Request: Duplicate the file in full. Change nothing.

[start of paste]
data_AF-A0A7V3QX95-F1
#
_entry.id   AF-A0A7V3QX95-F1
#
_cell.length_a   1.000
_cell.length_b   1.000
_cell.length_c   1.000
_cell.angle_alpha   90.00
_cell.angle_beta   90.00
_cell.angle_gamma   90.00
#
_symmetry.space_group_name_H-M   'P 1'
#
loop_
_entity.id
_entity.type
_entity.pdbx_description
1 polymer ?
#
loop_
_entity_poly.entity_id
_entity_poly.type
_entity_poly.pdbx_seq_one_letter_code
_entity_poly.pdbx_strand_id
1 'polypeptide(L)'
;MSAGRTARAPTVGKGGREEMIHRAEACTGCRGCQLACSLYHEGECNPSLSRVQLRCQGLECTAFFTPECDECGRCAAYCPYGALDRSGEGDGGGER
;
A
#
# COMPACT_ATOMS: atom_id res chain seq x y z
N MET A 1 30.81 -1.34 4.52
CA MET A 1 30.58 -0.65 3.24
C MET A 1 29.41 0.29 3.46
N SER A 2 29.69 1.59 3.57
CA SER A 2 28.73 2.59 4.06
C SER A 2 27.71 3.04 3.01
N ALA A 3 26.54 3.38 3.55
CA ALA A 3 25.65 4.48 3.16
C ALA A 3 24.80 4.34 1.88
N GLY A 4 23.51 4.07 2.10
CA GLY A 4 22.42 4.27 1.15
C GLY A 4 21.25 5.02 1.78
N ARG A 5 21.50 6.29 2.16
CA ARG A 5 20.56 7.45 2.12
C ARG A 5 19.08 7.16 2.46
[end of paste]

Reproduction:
data_AF-A0A7V3QX95-F1
#
_entry.id   AF-A0A7V3QX95-F1
#
_cell.length_a   1.000
_cell.length_b   1.000
_cell.length_c   1.000
_cell.angle_alpha   90.00
_cell.angle_beta   90.00
_cell.angle_gamma   90.00
#
_symmetry.space_group_name_H-M   'P 1'
#
loop_
_entity.id
_entity.type
_entity.pdbx_description
1 polymer ?
#
loop_
_entity_poly.entity_id
_entity_poly.type
_entity_poly.pdbx_seq_one_letter_code
_entity_poly.pdbx_strand_id
1 'polypeptide(L)'
;MSAGRTARAPTVGKGGREEMIHRAEACTGCRGCQLACSLYHEGECNPSLSRVQLRCQGLECTAFFTPECDECGRCAAYCPYGALDRSGEGDGGGER
;
A
#
# COMPACT_ATOMS: atom_id res chain seq x y z
N MET A 1 30.81 -1.34 4.52
CA MET A 1 30.58 -0.65 3.24
C MET A 1 29.41 0.29 3.46
N SER A 2 29.69 1.59 3.57
CA SER A 2 28.73 2.59 4.06
C SER A 2 27.71 3.04 3.01
N ALA A 3 26.54 3.38 3.55
CA ALA A 3 25.65 4.48 3.16
C ALA A 3 24.80 4.34 1.88
N GLY A 4 23.51 4.07 2.10
CA GLY A 4 22.42 4.27 1.15
C GLY A 4 21.25 5.02 1.78
N ARG A 5 21.50 6.29 2.16
CA ARG A 5 20.56 7.45 2.12
C ARG A 5 19.08 7.16 2.46